A delightful exchange between the boy György Faludy, and a friend, or at least acquaintance, of his grandfather’s.  I loved the man’s playfully evasive response when Faludy asked him who he was, and his further retorts when the boy played back to him his own words. 

‘Uncle, who are you?’

 

‘Difficult question,’ the stranger smiled.  ‘I have been asking myself that question for the last fifty years but I still haven’t found the answer.  Let’s turn the question around.  Who do you think I am?’

 

‘Somebody who cuts people’s throats.’

 

‘Who told you that?’

 

‘You said so to my grandfather at the pub.  You said you wanted to finish Simon Pan.’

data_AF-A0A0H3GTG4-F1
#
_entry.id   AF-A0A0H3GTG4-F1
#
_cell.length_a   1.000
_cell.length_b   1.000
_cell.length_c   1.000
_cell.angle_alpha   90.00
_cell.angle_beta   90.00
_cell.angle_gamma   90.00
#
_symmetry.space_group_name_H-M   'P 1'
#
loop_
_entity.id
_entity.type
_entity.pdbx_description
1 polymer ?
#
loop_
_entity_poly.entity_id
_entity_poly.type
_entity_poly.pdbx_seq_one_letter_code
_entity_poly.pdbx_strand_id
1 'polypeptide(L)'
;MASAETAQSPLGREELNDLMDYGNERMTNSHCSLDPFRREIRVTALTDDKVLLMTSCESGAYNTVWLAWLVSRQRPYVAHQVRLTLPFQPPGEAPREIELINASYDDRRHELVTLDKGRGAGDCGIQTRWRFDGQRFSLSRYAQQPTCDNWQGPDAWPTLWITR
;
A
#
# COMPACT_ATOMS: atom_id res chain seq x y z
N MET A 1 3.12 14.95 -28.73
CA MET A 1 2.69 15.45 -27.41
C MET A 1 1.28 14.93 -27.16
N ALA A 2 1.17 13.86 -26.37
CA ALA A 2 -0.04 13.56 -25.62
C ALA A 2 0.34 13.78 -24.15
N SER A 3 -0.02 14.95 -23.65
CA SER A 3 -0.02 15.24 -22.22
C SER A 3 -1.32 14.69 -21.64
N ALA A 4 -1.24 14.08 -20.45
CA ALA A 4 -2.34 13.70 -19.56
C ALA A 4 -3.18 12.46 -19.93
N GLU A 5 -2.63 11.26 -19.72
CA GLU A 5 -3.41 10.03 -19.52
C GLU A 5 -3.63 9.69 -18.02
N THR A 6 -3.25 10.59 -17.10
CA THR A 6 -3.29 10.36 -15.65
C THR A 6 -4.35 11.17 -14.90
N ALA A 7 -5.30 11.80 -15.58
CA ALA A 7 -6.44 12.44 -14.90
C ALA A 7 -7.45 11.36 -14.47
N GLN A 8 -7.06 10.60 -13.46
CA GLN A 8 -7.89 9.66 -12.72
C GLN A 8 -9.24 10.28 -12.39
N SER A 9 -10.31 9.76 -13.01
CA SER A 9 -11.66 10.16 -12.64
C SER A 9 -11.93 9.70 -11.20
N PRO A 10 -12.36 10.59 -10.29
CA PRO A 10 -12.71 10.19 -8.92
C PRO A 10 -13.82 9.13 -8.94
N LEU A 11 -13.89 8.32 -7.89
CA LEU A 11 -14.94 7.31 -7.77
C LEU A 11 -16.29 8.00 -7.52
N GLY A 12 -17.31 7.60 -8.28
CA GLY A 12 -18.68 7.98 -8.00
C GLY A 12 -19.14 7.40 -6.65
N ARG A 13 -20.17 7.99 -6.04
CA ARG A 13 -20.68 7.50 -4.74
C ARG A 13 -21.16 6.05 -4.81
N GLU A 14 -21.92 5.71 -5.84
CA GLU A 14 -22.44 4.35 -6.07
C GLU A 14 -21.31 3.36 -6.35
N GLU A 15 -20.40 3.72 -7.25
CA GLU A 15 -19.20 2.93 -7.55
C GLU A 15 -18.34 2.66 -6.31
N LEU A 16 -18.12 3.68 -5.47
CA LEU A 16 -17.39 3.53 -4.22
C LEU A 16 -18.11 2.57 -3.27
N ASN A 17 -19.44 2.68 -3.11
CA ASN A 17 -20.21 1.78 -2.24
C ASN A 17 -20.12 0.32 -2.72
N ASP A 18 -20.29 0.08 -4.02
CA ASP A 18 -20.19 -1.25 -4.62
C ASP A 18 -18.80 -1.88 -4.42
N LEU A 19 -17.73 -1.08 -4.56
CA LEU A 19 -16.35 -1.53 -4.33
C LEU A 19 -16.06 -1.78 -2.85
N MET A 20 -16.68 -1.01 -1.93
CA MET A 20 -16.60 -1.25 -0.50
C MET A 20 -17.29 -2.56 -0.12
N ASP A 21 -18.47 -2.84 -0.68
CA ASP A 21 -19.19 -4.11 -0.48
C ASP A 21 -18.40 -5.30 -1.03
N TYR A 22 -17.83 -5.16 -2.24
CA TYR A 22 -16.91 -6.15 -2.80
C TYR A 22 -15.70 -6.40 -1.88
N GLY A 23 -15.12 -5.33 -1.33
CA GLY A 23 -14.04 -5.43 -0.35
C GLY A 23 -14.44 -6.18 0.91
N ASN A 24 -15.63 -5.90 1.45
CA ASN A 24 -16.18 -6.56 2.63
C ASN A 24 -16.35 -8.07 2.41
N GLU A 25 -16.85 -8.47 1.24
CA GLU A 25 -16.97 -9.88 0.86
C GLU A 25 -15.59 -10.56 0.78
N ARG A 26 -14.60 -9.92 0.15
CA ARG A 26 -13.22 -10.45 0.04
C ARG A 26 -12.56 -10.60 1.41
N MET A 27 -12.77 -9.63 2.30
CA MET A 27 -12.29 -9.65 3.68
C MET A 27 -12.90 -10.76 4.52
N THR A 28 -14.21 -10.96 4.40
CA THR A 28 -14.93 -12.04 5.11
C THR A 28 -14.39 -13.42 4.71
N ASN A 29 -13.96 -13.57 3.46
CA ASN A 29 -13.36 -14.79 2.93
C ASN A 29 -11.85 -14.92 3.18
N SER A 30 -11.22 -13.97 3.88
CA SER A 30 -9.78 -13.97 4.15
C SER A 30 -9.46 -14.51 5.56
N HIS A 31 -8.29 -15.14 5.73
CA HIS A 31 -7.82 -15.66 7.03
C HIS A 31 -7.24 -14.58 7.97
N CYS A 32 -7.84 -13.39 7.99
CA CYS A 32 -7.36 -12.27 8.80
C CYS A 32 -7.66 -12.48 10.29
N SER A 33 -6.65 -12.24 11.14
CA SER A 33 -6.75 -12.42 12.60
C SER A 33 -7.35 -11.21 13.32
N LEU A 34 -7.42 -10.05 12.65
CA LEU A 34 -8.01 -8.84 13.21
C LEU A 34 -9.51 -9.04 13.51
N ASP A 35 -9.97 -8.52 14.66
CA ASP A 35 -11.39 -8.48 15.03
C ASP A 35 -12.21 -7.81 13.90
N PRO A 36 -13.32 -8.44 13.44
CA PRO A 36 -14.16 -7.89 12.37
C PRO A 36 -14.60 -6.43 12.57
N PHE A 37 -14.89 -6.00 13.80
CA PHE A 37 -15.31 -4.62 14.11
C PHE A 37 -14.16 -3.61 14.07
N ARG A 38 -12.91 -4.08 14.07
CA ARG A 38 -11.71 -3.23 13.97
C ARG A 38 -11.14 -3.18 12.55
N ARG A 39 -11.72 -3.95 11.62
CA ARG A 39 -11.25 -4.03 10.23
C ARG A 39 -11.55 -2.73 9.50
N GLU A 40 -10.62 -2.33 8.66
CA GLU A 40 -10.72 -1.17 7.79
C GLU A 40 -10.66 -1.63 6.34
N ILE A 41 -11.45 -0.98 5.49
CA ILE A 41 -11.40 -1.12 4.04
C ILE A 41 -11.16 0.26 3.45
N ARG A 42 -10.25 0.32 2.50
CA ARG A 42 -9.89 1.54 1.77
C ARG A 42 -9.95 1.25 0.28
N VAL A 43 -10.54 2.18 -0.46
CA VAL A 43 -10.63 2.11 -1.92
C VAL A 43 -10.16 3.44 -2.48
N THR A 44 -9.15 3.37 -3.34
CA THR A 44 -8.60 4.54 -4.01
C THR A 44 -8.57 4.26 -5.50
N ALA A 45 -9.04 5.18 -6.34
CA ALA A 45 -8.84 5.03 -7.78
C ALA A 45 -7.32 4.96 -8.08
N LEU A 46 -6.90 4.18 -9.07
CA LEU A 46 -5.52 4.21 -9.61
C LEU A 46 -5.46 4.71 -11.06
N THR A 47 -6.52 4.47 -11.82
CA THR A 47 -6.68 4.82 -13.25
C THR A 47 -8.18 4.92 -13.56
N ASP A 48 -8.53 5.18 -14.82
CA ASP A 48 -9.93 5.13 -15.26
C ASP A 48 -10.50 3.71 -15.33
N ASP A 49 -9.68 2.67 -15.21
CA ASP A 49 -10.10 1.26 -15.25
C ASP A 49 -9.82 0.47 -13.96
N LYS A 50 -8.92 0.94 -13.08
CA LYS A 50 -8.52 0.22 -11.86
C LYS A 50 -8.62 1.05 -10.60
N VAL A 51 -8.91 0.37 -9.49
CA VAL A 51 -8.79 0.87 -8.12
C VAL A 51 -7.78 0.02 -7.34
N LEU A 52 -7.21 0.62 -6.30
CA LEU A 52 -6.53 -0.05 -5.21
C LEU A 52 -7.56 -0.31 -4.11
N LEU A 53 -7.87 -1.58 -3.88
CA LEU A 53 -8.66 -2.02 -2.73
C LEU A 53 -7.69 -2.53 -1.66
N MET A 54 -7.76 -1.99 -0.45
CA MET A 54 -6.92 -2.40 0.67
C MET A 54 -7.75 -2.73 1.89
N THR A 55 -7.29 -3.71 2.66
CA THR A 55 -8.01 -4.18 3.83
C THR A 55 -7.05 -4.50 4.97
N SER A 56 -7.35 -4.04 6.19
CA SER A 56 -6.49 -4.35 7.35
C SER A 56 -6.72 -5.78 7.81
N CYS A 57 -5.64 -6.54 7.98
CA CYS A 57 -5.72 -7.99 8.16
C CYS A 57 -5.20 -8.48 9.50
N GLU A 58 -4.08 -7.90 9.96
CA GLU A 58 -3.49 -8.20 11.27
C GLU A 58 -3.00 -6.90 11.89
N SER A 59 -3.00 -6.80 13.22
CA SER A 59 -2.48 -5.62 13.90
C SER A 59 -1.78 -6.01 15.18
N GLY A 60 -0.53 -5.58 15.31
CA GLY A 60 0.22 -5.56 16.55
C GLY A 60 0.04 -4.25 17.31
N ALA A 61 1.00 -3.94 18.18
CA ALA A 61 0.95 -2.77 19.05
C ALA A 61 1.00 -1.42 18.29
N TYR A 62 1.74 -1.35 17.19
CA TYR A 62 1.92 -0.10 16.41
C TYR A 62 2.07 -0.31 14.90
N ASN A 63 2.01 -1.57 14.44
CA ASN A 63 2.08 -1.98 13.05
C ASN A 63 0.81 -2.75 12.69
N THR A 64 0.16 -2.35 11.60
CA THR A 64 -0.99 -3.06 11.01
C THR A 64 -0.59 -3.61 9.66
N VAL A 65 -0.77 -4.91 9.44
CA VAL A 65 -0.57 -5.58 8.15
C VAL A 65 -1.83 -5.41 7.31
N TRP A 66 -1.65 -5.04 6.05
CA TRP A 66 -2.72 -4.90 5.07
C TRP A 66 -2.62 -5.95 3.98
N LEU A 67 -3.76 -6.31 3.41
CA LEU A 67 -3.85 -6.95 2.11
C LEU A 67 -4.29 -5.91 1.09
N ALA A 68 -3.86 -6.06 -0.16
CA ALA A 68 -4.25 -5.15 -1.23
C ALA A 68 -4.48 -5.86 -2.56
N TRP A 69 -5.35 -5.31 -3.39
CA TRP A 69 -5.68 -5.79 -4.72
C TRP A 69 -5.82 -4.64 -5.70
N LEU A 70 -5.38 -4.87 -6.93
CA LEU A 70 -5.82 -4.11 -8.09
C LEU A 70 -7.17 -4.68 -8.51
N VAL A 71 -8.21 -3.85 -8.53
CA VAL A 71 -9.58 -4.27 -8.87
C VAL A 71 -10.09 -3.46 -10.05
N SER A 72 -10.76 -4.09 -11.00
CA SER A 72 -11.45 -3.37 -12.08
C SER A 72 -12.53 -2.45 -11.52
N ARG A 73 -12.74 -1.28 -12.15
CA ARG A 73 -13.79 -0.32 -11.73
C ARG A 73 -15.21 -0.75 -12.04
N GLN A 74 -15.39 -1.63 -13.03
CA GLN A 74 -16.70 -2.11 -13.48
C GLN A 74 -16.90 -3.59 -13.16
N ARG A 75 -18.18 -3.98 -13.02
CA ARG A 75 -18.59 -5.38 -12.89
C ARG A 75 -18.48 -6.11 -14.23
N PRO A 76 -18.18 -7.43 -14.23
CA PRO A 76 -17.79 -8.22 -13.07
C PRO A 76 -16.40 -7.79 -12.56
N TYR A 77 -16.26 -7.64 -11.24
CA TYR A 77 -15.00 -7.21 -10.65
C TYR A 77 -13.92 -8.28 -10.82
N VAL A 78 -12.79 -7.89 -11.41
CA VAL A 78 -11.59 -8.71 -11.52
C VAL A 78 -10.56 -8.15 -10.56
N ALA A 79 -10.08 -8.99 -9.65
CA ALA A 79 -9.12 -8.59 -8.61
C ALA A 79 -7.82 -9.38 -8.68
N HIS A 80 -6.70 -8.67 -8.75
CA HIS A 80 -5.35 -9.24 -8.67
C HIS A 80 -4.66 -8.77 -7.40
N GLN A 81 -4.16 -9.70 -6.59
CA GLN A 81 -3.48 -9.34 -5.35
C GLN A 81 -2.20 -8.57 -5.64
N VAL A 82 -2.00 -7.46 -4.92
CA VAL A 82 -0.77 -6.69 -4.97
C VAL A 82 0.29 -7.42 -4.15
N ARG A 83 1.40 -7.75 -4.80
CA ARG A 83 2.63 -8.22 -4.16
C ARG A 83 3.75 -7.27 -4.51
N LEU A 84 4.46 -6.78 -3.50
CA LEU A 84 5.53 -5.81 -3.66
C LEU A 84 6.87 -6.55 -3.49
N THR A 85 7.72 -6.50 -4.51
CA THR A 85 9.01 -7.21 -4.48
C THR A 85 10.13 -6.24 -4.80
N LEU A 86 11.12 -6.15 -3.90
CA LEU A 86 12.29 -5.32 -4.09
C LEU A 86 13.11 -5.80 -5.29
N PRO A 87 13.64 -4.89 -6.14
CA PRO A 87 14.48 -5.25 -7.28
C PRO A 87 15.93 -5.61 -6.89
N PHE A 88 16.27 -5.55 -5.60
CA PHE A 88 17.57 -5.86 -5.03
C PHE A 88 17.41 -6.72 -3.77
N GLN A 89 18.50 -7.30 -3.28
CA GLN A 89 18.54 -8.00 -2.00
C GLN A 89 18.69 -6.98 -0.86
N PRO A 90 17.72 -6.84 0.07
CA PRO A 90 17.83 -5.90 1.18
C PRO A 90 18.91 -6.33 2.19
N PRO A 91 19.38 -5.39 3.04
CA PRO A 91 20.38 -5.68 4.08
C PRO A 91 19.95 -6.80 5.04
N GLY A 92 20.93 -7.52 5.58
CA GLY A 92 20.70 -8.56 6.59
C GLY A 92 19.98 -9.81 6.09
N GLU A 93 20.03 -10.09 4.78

‘True, I did say that, but I meant it figuratively…’ 

Surely, one of the most dreaded phrases used by children towards grown ups is, ‘But you said…’  Remember you can always wriggle out of it by saying … ‘Yes, but I meant it figuratively…’

The image was the nearest I could find to an old man in a friendly exchange with a young boy, and it’s an illustration from Treasure Island

 

Source: György Faludy, My Happy Days in Hell, trans. by Kathleen Szasz (London: Penguin Classics, 2010 (1962)), p. 21

Image credit: Newell Convers Wyeth, illustration from Treasure Island (New York: Charles Scribner’s Sons, 1933), courtesy of Old Book Illustrations

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